2. Reading between the lines in About, I think your name is Doug (as is my husband’s). So, Doug, I find this interesting. It would seem to me to have had your experience that would one less agnostic…since it seems you have known and seen as well as been known and seen, that you found that ‘holy” but are still skeptical seems intriguing. I have experienced a somewhat lesser version of what you called numinous, no feathers or wings, but a presence and a question. My answer was yes. To me there was something awesome outside and inside of me and I managed to hold on to it for an instant but felt as if I continued I would implode or explode…and I am not delusional. Really. Not even a little. Your experience and your sharing of it is compelling. Quite the journey, Doug, I wonder where it leads. Thanks for sharing it with us. Jo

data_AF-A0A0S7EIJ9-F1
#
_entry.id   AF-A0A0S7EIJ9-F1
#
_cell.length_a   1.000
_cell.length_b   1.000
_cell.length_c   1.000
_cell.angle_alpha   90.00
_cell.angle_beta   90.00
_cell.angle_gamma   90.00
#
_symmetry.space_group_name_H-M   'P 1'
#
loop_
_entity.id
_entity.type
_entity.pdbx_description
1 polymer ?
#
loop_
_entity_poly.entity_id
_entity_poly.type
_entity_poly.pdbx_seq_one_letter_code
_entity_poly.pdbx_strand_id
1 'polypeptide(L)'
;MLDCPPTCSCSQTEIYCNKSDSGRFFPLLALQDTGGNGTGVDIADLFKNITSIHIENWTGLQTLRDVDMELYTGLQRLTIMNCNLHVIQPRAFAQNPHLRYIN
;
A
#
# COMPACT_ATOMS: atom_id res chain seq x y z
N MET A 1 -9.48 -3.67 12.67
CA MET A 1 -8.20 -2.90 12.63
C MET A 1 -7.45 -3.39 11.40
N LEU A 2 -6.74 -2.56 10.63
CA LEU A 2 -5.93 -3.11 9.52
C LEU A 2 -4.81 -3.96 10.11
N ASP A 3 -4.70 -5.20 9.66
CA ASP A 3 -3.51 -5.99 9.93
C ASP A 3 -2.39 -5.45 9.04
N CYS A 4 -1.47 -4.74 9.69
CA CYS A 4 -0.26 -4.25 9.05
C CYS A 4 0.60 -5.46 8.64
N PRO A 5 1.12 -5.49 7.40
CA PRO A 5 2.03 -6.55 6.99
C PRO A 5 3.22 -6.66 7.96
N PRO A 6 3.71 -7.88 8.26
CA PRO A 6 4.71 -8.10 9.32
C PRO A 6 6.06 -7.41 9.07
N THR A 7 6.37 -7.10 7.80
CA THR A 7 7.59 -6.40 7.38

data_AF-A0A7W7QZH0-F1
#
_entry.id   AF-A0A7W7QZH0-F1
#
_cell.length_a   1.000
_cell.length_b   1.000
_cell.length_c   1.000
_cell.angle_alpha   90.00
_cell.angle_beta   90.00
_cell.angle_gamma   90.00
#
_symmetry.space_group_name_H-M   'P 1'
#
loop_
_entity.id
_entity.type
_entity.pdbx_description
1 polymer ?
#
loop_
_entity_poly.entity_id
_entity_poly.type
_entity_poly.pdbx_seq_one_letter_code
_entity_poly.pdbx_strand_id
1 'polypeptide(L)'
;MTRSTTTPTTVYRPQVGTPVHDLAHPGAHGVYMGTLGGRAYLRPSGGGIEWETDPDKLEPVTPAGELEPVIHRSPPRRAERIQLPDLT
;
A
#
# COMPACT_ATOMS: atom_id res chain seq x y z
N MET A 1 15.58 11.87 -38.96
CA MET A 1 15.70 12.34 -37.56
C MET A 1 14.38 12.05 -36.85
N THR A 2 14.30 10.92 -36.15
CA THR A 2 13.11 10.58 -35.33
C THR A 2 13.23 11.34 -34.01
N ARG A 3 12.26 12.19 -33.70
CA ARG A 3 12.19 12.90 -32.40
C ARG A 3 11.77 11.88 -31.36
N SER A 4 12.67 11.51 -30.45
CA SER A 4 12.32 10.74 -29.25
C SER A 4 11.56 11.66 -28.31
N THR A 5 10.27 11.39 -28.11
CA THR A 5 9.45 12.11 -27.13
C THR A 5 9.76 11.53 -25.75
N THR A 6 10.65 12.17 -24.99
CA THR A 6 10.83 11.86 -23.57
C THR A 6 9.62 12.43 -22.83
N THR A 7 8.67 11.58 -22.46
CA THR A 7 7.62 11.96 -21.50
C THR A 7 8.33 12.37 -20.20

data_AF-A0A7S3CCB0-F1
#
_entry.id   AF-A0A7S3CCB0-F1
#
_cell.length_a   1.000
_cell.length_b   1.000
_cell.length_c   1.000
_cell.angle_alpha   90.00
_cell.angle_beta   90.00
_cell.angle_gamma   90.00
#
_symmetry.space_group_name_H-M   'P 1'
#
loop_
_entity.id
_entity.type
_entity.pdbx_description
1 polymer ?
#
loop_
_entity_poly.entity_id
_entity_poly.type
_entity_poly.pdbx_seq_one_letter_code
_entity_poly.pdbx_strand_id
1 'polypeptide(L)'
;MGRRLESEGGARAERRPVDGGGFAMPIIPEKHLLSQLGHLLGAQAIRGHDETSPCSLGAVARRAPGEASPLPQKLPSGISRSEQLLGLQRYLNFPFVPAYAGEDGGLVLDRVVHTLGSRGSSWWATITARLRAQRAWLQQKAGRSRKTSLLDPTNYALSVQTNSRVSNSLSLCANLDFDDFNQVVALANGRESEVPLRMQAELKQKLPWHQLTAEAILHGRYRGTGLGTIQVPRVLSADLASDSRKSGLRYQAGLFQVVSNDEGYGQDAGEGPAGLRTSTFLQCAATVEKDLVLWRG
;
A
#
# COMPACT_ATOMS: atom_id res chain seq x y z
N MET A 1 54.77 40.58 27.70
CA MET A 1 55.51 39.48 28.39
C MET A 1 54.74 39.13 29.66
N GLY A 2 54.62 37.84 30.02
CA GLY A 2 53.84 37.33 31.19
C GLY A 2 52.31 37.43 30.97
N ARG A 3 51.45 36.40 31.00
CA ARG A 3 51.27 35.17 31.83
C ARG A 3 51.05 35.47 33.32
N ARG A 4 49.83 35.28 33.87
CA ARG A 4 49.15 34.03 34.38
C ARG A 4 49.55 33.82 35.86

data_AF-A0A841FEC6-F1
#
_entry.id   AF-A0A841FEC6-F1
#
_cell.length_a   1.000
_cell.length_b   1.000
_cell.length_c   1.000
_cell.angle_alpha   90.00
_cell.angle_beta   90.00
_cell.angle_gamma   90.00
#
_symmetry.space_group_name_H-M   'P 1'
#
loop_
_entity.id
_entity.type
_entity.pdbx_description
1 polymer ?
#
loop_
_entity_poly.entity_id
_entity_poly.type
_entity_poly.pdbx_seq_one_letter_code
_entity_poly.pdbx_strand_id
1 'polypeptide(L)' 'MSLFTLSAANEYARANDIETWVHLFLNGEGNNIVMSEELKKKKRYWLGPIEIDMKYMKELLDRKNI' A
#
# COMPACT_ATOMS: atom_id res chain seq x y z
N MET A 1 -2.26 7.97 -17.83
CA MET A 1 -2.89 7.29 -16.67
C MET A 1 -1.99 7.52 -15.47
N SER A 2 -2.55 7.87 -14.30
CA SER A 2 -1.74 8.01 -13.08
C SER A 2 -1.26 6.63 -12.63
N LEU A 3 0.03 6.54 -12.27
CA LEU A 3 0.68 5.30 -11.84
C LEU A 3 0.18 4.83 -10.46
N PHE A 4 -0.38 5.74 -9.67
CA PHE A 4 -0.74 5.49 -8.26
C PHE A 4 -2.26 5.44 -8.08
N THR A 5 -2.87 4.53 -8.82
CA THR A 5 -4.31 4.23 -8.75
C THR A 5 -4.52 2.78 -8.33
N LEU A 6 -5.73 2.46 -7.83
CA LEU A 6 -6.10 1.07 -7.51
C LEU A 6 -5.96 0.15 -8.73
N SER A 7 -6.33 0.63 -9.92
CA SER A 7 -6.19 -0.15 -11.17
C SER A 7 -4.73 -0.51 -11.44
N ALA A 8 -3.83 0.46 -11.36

1. I’m not agnostic, but this opened a door that has never closed. I’m just not sure I understand it, other than at a visceral level. Maybe “curious” is a better word.

      Liked by 1 person

      1. Not sure why I responded agnostic…a feeling perhaps. Note sure if it is “understandable.” If God is who we say He is, and with the awesome, beyondness you experienced, I wonder if that is reducible to something that can be understood by our finite brains. I am not sure I understand my experience and literally have only ever shared it with two people, because it is so hard to articulate. (You did a pretty comprehensive job, I’d say). It did leave my faith pretty solid, however.

        Liked by 1 person